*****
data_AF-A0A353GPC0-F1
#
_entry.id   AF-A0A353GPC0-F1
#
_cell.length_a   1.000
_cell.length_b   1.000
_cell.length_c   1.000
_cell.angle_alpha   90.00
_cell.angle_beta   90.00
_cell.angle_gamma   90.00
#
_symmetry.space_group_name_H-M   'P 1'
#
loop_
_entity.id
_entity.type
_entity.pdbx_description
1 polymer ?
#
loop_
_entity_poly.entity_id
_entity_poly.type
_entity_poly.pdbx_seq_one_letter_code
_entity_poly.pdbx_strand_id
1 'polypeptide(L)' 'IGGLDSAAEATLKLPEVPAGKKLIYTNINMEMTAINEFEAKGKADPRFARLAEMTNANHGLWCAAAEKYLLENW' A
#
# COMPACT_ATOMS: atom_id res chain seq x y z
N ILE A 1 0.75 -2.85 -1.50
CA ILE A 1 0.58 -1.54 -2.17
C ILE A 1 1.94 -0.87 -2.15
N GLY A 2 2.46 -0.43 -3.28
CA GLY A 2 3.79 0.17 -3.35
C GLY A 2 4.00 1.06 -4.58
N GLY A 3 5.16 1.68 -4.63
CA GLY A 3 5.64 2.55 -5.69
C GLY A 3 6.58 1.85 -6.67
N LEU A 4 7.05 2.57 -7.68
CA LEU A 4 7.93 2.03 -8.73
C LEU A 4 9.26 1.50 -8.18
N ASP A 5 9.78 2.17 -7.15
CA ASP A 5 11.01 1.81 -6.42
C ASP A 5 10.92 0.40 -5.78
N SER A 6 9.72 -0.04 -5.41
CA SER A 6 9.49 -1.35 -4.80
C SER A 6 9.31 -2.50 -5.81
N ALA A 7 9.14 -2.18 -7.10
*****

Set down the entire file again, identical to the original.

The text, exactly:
data_AF-A0A353GPC0-F1
#
_entry.id   AF-A0A353GPC0-F1
#
_cell.length_a   1.000
_cell.length_b   1.000
_cell.length_c   1.000
_cell.angle_alpha   90.00
_cell.angle_beta   90.00
_cell.angle_gamma   90.00
#
_symmetry.space_group_name_H-M   'P 1'
#
loop_
_entity.id
_entity.type
_entity.pdbx_description
1 polymer ?
#
loop_
_entity_poly.entity_id
_entity_poly.type
_entity_poly.pdbx_seq_one_letter_code
_entity_poly.pdbx_strand_id
1 'polypeptide(L)' 'IGGLDSAAEATLKLPEVPAGKKLIYTNINMEMTAINEFEAKGKADPRFARLAEMTNANHGLWCAAAEKYLLENW' A
#
# COMPACT_ATOMS: atom_id res chain seq x y z
N ILE A 1 0.75 -2.85 -1.50
CA ILE A 1 0.58 -1.54 -2.17
C ILE A 1 1.94 -0.87 -2.15
N GLY A 2 2.46 -0.43 -3.28
CA GLY A 2 3.79 0.17 -3.35
C GLY A 2 4.00 1.06 -4.58
N GLY A 3 5.16 1.68 -4.63
CA GLY A 3 5.64 2.55 -5.69
C GLY A 3 6.58 1.85 -6.67
N LEU A 4 7.05 2.57 -7.68
CA LEU A 4 7.93 2.03 -8.73
C LEU A 4 9.26 1.50 -8.18
N ASP A 5 9.78 2.17 -7.15
CA ASP A 5 11.01 1.81 -6.42
C ASP A 5 10.92 0.40 -5.78
N SER A 6 9.72 -0.04 -5.41
CA SER A 6 9.49 -1.35 -4.80
C SER A 6 9.31 -2.50 -5.81
N ALA A 7 9.14 -2.18 -7.10